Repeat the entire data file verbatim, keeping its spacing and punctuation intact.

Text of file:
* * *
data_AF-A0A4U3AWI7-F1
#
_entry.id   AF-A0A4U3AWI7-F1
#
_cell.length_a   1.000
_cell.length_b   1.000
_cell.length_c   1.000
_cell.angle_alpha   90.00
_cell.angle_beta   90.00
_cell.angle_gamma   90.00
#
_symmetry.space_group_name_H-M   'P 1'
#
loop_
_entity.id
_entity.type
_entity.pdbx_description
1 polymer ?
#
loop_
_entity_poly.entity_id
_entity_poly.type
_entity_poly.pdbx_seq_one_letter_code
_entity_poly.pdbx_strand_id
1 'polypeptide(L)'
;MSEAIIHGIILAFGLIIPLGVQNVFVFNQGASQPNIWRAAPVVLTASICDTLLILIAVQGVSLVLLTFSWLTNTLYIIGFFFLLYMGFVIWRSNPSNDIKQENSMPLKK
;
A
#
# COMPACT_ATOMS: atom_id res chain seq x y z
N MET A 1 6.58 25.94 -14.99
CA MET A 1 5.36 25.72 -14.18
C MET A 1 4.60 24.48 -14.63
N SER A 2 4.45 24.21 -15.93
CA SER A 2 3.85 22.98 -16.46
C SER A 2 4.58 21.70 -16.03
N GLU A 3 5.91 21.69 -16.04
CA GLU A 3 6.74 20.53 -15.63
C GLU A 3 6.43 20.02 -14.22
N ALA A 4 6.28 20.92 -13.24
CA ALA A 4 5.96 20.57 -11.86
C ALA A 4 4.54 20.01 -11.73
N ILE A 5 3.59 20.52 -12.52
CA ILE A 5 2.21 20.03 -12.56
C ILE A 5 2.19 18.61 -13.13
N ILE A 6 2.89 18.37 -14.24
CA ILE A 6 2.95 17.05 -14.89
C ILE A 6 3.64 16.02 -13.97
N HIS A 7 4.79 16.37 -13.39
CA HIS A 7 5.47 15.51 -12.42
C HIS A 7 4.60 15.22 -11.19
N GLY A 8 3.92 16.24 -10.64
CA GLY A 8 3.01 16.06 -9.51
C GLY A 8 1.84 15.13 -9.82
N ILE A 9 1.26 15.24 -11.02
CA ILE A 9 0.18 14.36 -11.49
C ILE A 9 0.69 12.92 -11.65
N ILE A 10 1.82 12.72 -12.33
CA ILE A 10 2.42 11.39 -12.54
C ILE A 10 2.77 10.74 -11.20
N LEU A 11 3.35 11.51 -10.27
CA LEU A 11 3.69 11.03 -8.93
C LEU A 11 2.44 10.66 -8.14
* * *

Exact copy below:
data_AF-A0A4U3AWI7-F1
#
_entry.id   AF-A0A4U3AWI7-F1
#
_cell.length_a   1.000
_cell.length_b   1.000
_cell.length_c   1.000
_cell.angle_alpha   90.00
_cell.angle_beta   90.00
_cell.angle_gamma   90.00
#
_symmetry.space_group_name_H-M   'P 1'
#
loop_
_entity.id
_entity.type
_entity.pdbx_description
1 polymer ?
#
loop_
_entity_poly.entity_id
_entity_poly.type
_entity_poly.pdbx_seq_one_letter_code
_entity_poly.pdbx_strand_id
1 'polypeptide(L)'
;MSEAIIHGIILAFGLIIPLGVQNVFVFNQGASQPNIWRAAPVVLTASICDTLLILIAVQGVSLVLLTFSWLTNTLYIIGFFFLLYMGFVIWRSNPSNDIKQENSMPLKK
;
A
#
# COMPACT_ATOMS: atom_id res chain seq x y z
N MET A 1 6.58 25.94 -14.99
CA MET A 1 5.36 25.72 -14.18
C MET A 1 4.60 24.48 -14.63
N SER A 2 4.45 24.21 -15.93
CA SER A 2 3.85 22.98 -16.46
C SER A 2 4.58 21.70 -16.03
N GLU A 3 5.91 21.69 -16.04
CA GLU A 3 6.74 20.53 -15.63
C GLU A 3 6.43 20.02 -14.22
N ALA A 4 6.28 20.92 -13.24
CA ALA A 4 5.96 20.57 -11.86
C ALA A 4 4.54 20.01 -11.73
N ILE A 5 3.59 20.52 -12.52
CA ILE A 5 2.21 20.03 -12.56
C ILE A 5 2.19 18.61 -13.13
N ILE A 6 2.89 18.37 -14.24
CA ILE A 6 2.95 17.05 -14.89
C ILE A 6 3.64 16.02 -13.97
N HIS A 7 4.79 16.37 -13.39
CA HIS A 7 5.47 15.51 -12.42
C HIS A 7 4.60 15.22 -11.19
N GLY A 8 3.92 16.24 -10.64
CA GLY A 8 3.01 16.06 -9.51
C GLY A 8 1.84 15.13 -9.82
N ILE A 9 1.26 15.24 -11.02
CA ILE A 9 0.18 14.36 -11.49
C ILE A 9 0.69 12.92 -11.65
N ILE A 10 1.82 12.72 -12.33
CA ILE A 10 2.42 11.39 -12.54
C ILE A 10 2.77 10.74 -11.20
N LEU A 11 3.35 11.51 -10.27
CA LEU A 11 3.69 11.03 -8.93
C LEU A 11 2.44 10.66 -8.14